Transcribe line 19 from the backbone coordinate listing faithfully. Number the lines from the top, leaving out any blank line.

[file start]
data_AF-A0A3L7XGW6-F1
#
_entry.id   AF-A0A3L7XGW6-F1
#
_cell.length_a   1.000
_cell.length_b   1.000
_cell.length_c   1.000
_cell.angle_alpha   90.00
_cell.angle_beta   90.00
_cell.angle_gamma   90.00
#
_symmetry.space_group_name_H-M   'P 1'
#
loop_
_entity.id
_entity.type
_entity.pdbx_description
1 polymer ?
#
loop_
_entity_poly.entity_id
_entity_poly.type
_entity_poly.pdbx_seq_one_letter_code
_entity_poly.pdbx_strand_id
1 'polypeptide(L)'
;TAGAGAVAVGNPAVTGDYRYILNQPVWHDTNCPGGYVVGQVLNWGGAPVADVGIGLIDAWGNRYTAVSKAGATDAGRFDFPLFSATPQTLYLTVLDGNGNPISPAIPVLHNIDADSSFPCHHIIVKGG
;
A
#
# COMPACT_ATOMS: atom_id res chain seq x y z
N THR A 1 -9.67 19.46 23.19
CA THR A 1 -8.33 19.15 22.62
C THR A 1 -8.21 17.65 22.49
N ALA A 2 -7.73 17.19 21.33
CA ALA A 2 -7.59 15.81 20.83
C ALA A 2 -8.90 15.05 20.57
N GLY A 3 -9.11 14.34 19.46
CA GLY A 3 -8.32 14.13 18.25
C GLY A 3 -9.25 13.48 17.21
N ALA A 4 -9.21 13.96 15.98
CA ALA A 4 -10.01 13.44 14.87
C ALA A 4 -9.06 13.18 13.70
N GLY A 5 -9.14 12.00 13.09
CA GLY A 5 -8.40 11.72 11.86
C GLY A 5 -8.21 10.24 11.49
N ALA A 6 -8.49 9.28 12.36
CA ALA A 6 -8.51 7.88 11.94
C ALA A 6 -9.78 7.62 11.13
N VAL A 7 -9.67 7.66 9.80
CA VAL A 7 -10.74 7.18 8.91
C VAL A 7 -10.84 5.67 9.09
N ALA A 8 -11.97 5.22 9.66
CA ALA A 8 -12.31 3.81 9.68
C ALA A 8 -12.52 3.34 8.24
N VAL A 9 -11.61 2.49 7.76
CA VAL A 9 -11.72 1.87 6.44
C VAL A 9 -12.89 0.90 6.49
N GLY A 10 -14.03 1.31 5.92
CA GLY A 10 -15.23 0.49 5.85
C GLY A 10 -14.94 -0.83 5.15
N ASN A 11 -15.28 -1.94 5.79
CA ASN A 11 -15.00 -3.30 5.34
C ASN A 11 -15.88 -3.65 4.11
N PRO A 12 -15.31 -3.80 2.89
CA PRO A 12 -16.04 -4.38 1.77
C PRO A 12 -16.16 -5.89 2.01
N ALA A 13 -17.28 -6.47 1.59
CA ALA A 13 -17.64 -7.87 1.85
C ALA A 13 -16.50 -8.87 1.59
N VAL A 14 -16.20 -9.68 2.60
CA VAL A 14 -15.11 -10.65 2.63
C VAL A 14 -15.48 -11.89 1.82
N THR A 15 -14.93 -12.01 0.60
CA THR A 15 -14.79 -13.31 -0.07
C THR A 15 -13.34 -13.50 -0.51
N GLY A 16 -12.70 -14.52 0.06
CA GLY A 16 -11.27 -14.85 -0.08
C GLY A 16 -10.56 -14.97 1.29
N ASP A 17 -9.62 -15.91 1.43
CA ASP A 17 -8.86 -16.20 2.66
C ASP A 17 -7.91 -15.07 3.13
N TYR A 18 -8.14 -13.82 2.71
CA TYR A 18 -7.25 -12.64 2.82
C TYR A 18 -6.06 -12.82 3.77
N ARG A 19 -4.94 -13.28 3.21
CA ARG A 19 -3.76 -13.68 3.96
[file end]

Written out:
#